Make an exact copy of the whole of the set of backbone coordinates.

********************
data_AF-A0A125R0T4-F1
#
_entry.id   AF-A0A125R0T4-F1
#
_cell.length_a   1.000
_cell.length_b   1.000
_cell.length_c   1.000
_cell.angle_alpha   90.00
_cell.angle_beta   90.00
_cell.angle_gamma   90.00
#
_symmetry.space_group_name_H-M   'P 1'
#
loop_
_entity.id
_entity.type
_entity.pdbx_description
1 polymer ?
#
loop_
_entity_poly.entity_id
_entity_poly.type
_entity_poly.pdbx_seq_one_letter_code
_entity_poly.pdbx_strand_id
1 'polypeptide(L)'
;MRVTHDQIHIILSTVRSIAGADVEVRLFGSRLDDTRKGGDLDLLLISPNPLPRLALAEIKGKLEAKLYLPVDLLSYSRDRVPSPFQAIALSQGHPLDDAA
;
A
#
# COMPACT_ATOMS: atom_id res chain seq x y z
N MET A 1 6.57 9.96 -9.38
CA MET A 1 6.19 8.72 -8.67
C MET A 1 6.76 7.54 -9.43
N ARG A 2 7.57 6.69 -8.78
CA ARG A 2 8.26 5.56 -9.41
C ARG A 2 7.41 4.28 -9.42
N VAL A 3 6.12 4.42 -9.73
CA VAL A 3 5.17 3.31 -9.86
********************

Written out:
data_AF-A0A125R0T4-F1
#
_entry.id   AF-A0A125R0T4-F1
#
_cell.length_a   1.000
_cell.length_b   1.000
_cell.length_c   1.000
_cell.angle_alpha   90.00
_cell.angle_beta   90.00
_cell.angle_gamma   90.00
#
_symmetry.space_group_name_H-M   'P 1'
#
loop_
_entity.id
_entity.type
_entity.pdbx_description
1 polymer ?
#
loop_
_entity_poly.entity_id
_entity_poly.type
_entity_poly.pdbx_seq_one_letter_code
_entity_poly.pdbx_strand_id
1 'polypeptide(L)'
;MRVTHDQIHIILSTVRSIAGADVEVRLFGSRLDDTRKGGDLDLLLISPNPLPRLALAEIKGKLEAKLYLPVDLLSYSRDRVPSPFQAIALSQGHPLDDAA
;
A
#
# COMPACT_ATOMS: atom_id res chain seq x y z
N MET A 1 6.57 9.96 -9.38
CA MET A 1 6.19 8.72 -8.67
C MET A 1 6.76 7.54 -9.43
N ARG A 2 7.57 6.69 -8.78
CA ARG A 2 8.26 5.56 -9.41
C ARG A 2 7.41 4.28 -9.42
N VAL A 3 6.12 4.42 -9.73
CA VAL A 3 5.17 3.31 -9.86